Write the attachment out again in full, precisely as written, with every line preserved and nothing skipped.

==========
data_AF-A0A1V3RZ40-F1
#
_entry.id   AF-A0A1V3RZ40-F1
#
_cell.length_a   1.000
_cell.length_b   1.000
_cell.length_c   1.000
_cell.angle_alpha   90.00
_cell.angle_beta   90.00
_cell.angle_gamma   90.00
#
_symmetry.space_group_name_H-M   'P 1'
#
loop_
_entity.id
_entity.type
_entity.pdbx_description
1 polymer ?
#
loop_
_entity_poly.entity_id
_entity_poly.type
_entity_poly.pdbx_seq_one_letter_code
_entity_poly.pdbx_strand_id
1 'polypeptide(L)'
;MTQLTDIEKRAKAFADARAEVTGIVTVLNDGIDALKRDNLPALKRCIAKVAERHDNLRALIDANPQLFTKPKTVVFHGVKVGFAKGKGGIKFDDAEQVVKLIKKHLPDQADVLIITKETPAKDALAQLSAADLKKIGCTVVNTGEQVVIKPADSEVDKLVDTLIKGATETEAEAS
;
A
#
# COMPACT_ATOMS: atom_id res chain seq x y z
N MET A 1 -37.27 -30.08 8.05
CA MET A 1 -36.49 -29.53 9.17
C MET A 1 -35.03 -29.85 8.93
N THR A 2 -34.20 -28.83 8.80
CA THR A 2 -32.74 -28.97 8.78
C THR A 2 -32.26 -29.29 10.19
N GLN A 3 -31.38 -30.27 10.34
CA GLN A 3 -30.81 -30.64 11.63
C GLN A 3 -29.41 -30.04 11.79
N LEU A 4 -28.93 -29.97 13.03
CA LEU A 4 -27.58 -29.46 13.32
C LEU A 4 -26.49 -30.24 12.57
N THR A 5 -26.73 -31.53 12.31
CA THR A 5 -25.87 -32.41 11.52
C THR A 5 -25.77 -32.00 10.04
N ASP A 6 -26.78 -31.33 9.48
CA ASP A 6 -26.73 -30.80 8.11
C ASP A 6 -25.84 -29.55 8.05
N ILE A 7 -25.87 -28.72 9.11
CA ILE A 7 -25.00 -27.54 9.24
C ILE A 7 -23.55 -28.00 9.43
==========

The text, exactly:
data_AF-A0A1V3RZ40-F1
#
_entry.id   AF-A0A1V3RZ40-F1
#
_cell.length_a   1.000
_cell.length_b   1.000
_cell.length_c   1.000
_cell.angle_alpha   90.00
_cell.angle_beta   90.00
_cell.angle_gamma   90.00
#
_symmetry.space_group_name_H-M   'P 1'
#
loop_
_entity.id
_entity.type
_entity.pdbx_description
1 polymer ?
#
loop_
_entity_poly.entity_id
_entity_poly.type
_entity_poly.pdbx_seq_one_letter_code
_entity_poly.pdbx_strand_id
1 'polypeptide(L)'
;MTQLTDIEKRAKAFADARAEVTGIVTVLNDGIDALKRDNLPALKRCIAKVAERHDNLRALIDANPQLFTKPKTVVFHGVKVGFAKGKGGIKFDDAEQVVKLIKKHLPDQADVLIITKETPAKDALAQLSAADLKKIGCTVVNTGEQVVIKPADSEVDKLVDTLIKGATETEAEAS
;
A
#
# COMPACT_ATOMS: atom_id res chain seq x y z
N MET A 1 -37.27 -30.08 8.05
CA MET A 1 -36.49 -29.53 9.17
C MET A 1 -35.03 -29.85 8.93
N THR A 2 -34.20 -28.83 8.80
CA THR A 2 -32.74 -28.97 8.78
C THR A 2 -32.26 -29.29 10.19
N GLN A 3 -31.38 -30.27 10.34
CA GLN A 3 -30.81 -30.64 11.63
C GLN A 3 -29.41 -30.04 11.79
N LEU A 4 -28.93 -29.97 13.03
CA LEU A 4 -27.58 -29.46 13.32
C LEU A 4 -26.49 -30.24 12.57
N THR A 5 -26.73 -31.53 12.31
CA THR A 5 -25.87 -32.41 11.52
C THR A 5 -25.77 -32.00 10.04
N ASP A 6 -26.78 -31.33 9.48
CA ASP A 6 -26.73 -30.80 8.11
C ASP A 6 -25.84 -29.55 8.05
N ILE A 7 -25.87 -28.72 9.11
CA ILE A 7 -25.00 -27.54 9.24
C ILE A 7 -23.55 -28.00 9.43